Signatories to the MAI will also face such actions, held in special
international courts, should corporate lawyers identify breaches.
"The MAI creates a precedent that elevates the rights of companies
over the democratic rights of citizens," according to the World
Development Movement. The group is warning that UK local authorities,
for instance, would be prevented from campaigning against South
African wine, as many did during the anti-apartheid boycotts of the
1980s. The South African vintners would simply sue for compensation.
Those local battles to stop McDonald's opening a branch -- such as is
currently happening in Bermuda -- would stand no chance.

 And what of a national government that decided to prevent an
international press baron from pricing his newspapers below cost?
Rupert Murdoch's lawyers may well claim that such a strategy sought
to discriminate against the multinational News Corporation.

 Even the OECD's own guide to the MAI admits that, "as with all
binding international agreements, this will moderate the exercise of
national authority to some degree".

Then there are the environmental implications. MAI would, according
to Friends of the Earth, let companies oppose the Kyoto agreement,
under which industrial countries gave developing countries "climate-
friendly" technology in return for pollution rights: for such rights
would be an anti-competitive subsidy. Similarly, the MAI could
challenge the UN Convention on Biological Diversity, designed to
protect developing countries' genetic resources, as foreign
multinationals demand equal access to such resources.

The greatest concern comes from those who represent developing
countries. They will be invited to sign the agreement when completed,
but without having influenced its content. And they will find it hard
to resist signing if they want the investment that many consider
vital: of the $112 billion invested in developing countries in 1995,
more than 80 per cent ended up in just 12 countries. The 48 least
developed (with 10 per cent of world population) attracted just 0.5
per cent of global investment. Yet being "in" will open them up as
unlimited new markets for cigarette companies, infant-formula
marketers, and those seeking to exploit forests and minerals.

There are, however, indications that the growing opposition to the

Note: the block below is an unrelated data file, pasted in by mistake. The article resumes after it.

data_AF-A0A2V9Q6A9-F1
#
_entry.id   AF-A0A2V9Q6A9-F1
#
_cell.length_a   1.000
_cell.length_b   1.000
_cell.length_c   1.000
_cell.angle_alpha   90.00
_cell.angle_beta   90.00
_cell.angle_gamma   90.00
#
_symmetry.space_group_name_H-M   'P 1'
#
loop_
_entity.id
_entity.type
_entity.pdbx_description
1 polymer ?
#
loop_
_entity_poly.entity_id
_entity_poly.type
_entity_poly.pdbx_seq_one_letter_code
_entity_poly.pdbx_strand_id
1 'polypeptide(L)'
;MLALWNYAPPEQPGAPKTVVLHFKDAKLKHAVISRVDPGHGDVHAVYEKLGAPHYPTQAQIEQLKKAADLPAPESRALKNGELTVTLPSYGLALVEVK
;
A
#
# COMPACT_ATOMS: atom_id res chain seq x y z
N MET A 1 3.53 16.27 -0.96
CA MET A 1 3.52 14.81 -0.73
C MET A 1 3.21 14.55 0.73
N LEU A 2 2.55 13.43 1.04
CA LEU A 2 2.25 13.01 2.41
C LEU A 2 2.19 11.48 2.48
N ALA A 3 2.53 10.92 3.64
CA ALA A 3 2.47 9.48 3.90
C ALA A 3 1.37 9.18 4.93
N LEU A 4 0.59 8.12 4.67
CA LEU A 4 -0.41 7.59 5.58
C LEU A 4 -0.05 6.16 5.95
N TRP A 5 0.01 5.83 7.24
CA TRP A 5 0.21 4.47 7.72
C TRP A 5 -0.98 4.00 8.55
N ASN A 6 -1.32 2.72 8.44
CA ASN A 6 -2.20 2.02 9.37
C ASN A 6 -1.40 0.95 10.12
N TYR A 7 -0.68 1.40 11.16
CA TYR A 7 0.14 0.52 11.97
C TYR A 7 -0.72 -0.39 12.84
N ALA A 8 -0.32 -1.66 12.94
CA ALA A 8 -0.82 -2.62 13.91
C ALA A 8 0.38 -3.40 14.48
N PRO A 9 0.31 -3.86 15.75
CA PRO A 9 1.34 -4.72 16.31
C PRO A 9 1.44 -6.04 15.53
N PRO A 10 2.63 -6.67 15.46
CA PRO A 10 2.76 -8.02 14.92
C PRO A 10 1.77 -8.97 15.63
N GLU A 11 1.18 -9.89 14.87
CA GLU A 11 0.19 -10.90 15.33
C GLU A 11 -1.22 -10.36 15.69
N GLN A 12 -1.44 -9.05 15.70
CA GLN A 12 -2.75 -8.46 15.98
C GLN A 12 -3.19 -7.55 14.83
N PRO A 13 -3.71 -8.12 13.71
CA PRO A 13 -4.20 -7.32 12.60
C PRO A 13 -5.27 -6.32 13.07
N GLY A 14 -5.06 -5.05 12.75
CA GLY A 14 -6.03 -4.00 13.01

MAI may be strong enough to postpone its signing. NGOs have made the
issue a priority: according to Nick Mabey, economic policy officer
for World Wildlife Fund, "this is bigger now than global warming.
Type in 'MAI' on the Web, and you'll get more than 1,000 sites --
virtually none in favour, apart from the OECD sites."

There are also increasing concerns among the signatories themselves.
The US, in particular, has sought many exemptions to protect federal
and state governments. Organised labour, too, is concerned that the
agreement will override workers' rights. French film-makers and
musicians protested this week amid fears that France and the European
Union would have to offer the same creative subsidies to Hollywood
under the deal.

Herman van Karnebeek, deputy chairman of the Dutch chemicals group
Akzo Nobel, who heads the OECD business and industry advisory
committee, said last month: "We now hear of disturbing signs that
many of the elements we were hoping for may not be possible. What
then, is in the MAI for us?"

The NGOs believe they can now exploit the growing divisions. "There's
a lot of tension in every European government between the environment
and development people and the trade people," says Mabey. He believes
concerned citizens should lobby their governments to urge a delay in
negotiations. "The decision to rush it through was taken in 1995, but
most of those [Tory] ministers are not around now, so there's no
political faith to be lost in delaying."

Many nations have laws which will run into direct conflict with the
MAI's requirements. As drafted, the agreement will override the
following states' laws:

Requires foreign investors taking a substantial stake in an existing
Australian business worth AU$5 million, or establishing a new one
worth A$10 million, to submit to a screening based upon a "national
interest" test.

Forbids foreign investment in "highly polluting industries".

Some states restrict non-residents' use of public land for grazing
and for mineral, oil and gas extraction.

Bars foreign ownership of development-banking institutions and credit

Requires a "benefits plan" to encourage the employment of Canadians,
and offer opportunities for Canadian contractors, before approving
foreign investment in the oil and gas sectors.

Limits the number of foreign employees in companies with more than 10
workers to 10 per cent, with a 20 per cent payroll limit for foreign

Bars foreign investment in the processing or disposal of toxic or
radio-active waste not produced in Colombia.

New Zealand
Requires approval for foreign direct investment that results in
control of "significant" assets, such as businesses worth more than
NZ$10 million.

Bars the repatriation of capital until one year after a foreign
investment is made.